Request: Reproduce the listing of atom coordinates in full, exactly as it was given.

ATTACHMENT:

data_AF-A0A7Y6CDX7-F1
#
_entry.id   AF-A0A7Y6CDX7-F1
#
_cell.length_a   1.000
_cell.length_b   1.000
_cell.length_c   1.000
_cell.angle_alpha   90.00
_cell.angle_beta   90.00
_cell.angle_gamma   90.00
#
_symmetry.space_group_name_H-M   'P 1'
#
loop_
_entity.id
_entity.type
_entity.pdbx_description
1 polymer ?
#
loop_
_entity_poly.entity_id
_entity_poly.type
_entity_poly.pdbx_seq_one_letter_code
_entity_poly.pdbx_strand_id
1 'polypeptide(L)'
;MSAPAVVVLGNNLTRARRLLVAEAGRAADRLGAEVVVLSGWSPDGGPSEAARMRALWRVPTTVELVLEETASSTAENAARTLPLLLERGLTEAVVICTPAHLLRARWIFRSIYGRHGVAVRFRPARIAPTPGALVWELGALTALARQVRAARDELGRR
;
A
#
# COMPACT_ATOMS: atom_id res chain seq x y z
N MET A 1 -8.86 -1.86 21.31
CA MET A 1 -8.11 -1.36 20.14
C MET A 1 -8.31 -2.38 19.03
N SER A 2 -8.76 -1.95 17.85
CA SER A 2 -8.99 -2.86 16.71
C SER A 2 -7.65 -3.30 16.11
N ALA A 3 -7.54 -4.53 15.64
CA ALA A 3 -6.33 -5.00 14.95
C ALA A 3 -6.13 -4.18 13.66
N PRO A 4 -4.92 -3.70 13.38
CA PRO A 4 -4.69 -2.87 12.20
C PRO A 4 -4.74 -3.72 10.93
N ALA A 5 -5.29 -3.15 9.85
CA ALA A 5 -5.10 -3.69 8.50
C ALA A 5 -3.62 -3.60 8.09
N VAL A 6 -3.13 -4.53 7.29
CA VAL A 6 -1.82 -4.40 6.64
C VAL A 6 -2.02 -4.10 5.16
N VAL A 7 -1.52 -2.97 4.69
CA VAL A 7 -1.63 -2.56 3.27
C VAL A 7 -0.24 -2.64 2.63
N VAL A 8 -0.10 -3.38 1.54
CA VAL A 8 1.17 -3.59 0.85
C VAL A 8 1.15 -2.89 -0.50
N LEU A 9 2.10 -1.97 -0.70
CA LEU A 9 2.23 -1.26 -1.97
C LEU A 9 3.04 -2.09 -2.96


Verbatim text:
data_AF-A0A7Y6CDX7-F1
#
_entry.id   AF-A0A7Y6CDX7-F1
#
_cell.length_a   1.000
_cell.length_b   1.000
_cell.length_c   1.000
_cell.angle_alpha   90.00
_cell.angle_beta   90.00
_cell.angle_gamma   90.00
#
_symmetry.space_group_name_H-M   'P 1'
#
loop_
_entity.id
_entity.type
_entity.pdbx_description
1 polymer ?
#
loop_
_entity_poly.entity_id
_entity_poly.type
_entity_poly.pdbx_seq_one_letter_code
_entity_poly.pdbx_strand_id
1 'polypeptide(L)'
;MSAPAVVVLGNNLTRARRLLVAEAGRAADRLGAEVVVLSGWSPDGGPSEAARMRALWRVPTTVELVLEETASSTAENAARTLPLLLERGLTEAVVICTPAHLLRARWIFRSIYGRHGVAVRFRPARIAPTPGALVWELGALTALARQVRAARDELGRR
;
A
#
# COMPACT_ATOMS: atom_id res chain seq x y z
N MET A 1 -8.86 -1.86 21.31
CA MET A 1 -8.11 -1.36 20.14
C MET A 1 -8.31 -2.38 19.03
N SER A 2 -8.76 -1.95 17.85
CA SER A 2 -8.99 -2.86 16.71
C SER A 2 -7.65 -3.30 16.11
N ALA A 3 -7.54 -4.53 15.64
CA ALA A 3 -6.33 -5.00 14.95
C ALA A 3 -6.13 -4.18 13.66
N PRO A 4 -4.92 -3.70 13.38
CA PRO A 4 -4.69 -2.87 12.20
C PRO A 4 -4.74 -3.72 10.93
N ALA A 5 -5.29 -3.15 9.85
CA ALA A 5 -5.10 -3.69 8.50
C ALA A 5 -3.62 -3.60 8.09
N VAL A 6 -3.13 -4.53 7.29
CA VAL A 6 -1.82 -4.40 6.64
C VAL A 6 -2.02 -4.10 5.16
N VAL A 7 -1.52 -2.97 4.69
CA VAL A 7 -1.63 -2.56 3.27
C VAL A 7 -0.24 -2.64 2.63
N VAL A 8 -0.10 -3.38 1.54
CA VAL A 8 1.17 -3.59 0.85
C VAL A 8 1.15 -2.89 -0.50
N LEU A 9 2.10 -1.97 -0.70
CA LEU A 9 2.23 -1.26 -1.97
C LEU A 9 3.04 -2.09 -2.96